State-run electronic databases that collect opioid prescription information are being hailed as an effective tool to curb opioid abuse in a new report released last week by the Centers for Disease Control and Prevention (CDC).
The CDC report got a lot of press, mainly for its primary findings that opioid prescriptions have dropped in recent years but still remained three times higher in 2015 than in 1999. The peak opioid prescribing year was 2010, according to the CDC. Continue reading
As authorities search for ways to curb the nation’s opioid epidemic, an increasing number of localities are turning to a new venue: the courts.
States, counties, cities and even Native American tribes are taking legal aim at companies they see as helping to fuel the drug crisis. In recent months, lawsuits have been filed against drugmakers, pharmacies and drug distributors even as some legal experts have said such challenges could face hurdles. Continue reading
The most recent edition of The Associated Press Stylebook – the premier guide for copy editors – has a number of updates that are important for health journalists to be aware of. Many of them are around the subject of drug and alcohol use and misuse, which many of my colleagues find themselves writing about quite a bit these days.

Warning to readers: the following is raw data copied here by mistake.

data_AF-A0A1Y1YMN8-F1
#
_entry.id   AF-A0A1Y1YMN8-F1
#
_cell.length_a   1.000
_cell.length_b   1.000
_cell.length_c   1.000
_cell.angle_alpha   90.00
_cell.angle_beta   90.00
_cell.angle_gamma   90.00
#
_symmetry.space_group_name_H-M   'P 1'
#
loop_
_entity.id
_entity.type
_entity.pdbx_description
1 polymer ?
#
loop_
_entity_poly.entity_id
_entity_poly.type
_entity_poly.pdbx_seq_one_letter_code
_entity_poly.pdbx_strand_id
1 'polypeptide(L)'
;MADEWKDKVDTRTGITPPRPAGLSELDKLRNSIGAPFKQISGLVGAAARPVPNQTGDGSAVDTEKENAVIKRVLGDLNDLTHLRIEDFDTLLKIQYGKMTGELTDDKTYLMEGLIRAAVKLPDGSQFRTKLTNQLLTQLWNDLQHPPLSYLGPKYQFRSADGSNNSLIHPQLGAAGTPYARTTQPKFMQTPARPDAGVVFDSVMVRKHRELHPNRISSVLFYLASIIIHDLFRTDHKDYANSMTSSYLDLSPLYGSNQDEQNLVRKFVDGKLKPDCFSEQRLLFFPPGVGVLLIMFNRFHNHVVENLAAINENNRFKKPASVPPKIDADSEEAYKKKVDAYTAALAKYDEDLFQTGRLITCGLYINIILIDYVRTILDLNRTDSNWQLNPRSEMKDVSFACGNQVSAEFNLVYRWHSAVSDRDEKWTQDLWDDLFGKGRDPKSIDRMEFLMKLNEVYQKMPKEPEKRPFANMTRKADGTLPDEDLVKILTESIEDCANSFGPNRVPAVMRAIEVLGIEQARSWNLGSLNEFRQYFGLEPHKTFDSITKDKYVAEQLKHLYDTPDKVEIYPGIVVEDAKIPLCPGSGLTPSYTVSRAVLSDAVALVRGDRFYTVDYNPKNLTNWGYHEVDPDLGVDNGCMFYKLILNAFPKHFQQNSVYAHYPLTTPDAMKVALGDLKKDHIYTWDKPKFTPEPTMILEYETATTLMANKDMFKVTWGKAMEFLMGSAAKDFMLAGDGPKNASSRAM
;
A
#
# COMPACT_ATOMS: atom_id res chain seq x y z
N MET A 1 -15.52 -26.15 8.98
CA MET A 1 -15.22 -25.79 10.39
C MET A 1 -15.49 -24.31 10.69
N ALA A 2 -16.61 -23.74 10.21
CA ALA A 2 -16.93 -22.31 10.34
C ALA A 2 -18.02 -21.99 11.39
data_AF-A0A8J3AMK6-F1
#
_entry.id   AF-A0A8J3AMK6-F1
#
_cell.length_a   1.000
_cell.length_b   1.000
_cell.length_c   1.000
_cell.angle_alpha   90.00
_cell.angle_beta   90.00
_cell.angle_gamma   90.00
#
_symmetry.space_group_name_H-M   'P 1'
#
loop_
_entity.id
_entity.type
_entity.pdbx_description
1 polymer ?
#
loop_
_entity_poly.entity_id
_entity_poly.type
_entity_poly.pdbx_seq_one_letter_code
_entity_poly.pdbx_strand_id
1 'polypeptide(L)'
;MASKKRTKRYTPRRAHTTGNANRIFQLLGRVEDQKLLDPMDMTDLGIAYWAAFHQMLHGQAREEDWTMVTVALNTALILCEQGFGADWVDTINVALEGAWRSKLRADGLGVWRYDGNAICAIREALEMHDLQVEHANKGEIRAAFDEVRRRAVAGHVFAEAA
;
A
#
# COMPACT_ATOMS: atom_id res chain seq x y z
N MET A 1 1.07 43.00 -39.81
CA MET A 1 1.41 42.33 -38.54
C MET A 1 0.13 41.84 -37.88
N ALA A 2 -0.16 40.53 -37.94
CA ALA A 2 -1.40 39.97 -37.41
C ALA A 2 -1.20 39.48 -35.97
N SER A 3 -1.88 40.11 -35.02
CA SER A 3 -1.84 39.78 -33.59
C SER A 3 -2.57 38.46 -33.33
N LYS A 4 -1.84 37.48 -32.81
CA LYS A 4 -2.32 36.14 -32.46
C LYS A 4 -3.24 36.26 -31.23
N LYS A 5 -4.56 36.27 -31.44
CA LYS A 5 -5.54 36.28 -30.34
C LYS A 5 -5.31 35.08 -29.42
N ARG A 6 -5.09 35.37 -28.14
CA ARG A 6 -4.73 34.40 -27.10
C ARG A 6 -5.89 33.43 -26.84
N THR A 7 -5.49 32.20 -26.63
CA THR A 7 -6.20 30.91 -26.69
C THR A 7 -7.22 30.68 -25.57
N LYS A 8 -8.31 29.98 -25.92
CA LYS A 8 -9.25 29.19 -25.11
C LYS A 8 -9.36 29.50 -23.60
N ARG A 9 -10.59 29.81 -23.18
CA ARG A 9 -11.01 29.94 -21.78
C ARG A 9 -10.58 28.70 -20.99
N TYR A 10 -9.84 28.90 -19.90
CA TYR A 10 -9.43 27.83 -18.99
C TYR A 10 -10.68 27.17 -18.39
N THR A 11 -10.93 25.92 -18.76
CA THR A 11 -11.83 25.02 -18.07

No fewer than four of the 2016 winners of the Awards for Excellence in Health Care Journalism covered the opioid epidemic from different angles. No surprise — former Surgeon General Vivek Murthy noted last year that more Americans suffer from addiction than from cancer. During his tenure, Murthy made the opioid crisis a top priority.
Murthy’s 2016 report on addiction has been compared to an influential report on smoking decades earlier, and he created a website devoted specifically to addressing the opioid crisis. But how much of it could have been prevented with a bit less complacency on the part of researchers? Continue reading
Too many physicians are prescribing opioid medications for hospitalized older adults who may not need them. A new study found that one-third of 10,000 older patients were prescribed opioid pain medications, including Percocet and OxyContin, while hospitalized for non-surgical conditions.
These patients had a longer length of stay (six days vs. four) and were more often readmitted within 30 days. They were also more likely to be restrained or have bladder catheters while hospitalized, according to the retrospective analysis. Continue reading